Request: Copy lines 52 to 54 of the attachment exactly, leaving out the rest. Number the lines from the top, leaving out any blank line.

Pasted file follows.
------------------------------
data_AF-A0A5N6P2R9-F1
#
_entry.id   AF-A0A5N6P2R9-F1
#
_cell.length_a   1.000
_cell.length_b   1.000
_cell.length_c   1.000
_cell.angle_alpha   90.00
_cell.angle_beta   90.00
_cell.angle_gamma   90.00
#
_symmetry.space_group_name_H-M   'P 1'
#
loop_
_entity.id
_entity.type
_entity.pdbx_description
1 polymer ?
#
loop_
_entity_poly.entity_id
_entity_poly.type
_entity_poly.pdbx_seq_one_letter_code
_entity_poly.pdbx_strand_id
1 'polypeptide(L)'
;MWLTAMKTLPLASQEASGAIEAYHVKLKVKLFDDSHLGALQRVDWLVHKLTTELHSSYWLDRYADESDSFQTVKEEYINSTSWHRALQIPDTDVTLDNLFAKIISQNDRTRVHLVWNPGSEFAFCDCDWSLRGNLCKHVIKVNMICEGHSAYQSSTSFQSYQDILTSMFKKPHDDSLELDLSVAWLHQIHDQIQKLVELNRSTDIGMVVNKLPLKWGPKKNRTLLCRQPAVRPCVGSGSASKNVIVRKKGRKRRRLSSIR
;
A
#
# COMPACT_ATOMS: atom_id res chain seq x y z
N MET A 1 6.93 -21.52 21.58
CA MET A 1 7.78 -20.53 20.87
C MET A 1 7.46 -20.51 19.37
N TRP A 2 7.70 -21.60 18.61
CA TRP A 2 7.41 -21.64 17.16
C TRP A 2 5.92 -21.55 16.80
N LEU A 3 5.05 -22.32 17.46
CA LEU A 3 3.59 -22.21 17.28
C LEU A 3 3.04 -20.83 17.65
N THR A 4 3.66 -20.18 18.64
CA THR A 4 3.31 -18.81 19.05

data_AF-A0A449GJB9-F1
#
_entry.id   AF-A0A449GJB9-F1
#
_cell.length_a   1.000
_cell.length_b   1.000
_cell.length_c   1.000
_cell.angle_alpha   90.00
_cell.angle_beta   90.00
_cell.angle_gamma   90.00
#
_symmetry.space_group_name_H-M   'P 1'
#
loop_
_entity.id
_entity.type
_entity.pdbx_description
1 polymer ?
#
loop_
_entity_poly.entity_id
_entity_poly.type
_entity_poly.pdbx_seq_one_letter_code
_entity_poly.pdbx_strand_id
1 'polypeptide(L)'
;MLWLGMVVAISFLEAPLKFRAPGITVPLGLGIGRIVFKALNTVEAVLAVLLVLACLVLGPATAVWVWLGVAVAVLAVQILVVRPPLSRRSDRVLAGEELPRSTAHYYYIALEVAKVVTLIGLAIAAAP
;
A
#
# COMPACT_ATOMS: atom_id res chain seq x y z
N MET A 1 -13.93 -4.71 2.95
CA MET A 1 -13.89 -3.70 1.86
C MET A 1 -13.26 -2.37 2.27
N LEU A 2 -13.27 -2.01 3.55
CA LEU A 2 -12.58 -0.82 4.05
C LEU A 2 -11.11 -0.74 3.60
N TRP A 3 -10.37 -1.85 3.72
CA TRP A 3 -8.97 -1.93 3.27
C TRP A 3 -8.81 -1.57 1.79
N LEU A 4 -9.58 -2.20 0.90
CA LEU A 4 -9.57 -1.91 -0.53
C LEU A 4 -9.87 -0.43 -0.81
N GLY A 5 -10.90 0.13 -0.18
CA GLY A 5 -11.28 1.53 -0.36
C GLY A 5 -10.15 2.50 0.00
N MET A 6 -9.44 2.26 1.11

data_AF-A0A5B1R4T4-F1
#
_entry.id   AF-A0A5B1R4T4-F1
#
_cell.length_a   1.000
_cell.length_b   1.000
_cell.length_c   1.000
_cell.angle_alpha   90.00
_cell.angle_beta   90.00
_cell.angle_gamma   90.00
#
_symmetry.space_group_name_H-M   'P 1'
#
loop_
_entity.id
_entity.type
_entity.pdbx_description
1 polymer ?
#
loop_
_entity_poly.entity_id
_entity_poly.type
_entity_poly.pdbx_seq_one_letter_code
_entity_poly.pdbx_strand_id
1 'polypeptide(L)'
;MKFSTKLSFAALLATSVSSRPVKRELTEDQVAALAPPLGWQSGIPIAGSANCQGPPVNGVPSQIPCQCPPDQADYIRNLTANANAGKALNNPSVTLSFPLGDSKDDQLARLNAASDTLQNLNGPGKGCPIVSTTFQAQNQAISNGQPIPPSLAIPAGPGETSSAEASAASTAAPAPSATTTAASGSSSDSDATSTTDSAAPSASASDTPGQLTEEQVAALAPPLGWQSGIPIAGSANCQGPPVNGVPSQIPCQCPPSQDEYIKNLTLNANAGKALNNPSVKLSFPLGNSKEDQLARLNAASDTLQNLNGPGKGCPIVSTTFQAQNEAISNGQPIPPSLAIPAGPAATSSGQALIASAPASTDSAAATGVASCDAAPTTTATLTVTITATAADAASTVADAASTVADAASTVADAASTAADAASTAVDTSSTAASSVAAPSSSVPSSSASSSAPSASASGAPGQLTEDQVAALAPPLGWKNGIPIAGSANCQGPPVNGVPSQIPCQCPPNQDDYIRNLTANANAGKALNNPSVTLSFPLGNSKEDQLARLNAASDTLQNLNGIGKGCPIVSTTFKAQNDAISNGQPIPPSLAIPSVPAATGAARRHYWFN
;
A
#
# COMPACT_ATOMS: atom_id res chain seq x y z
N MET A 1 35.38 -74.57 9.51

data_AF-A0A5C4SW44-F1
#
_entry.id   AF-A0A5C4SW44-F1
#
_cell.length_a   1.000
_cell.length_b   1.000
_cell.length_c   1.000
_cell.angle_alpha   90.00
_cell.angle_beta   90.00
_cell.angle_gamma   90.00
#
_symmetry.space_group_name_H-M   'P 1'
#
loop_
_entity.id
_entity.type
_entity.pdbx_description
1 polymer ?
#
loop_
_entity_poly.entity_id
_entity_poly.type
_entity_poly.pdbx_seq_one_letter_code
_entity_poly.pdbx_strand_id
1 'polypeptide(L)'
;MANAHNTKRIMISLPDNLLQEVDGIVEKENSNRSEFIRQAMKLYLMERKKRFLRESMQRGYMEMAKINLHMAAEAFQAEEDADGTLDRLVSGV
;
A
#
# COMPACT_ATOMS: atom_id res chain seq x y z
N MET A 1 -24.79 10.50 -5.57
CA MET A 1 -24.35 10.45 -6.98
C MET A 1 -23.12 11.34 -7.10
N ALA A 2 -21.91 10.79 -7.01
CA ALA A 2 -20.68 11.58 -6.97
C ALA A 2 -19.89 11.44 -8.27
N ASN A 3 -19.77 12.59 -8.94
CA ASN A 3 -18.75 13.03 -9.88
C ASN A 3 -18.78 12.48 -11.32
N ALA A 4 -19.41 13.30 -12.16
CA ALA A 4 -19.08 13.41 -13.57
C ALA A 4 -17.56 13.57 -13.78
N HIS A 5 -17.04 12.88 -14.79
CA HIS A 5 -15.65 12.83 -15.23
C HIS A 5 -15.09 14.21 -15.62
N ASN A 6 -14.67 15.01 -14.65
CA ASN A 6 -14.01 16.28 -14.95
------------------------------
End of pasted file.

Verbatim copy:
#
_symmetry.space_group_name_H-M   'P 1'
#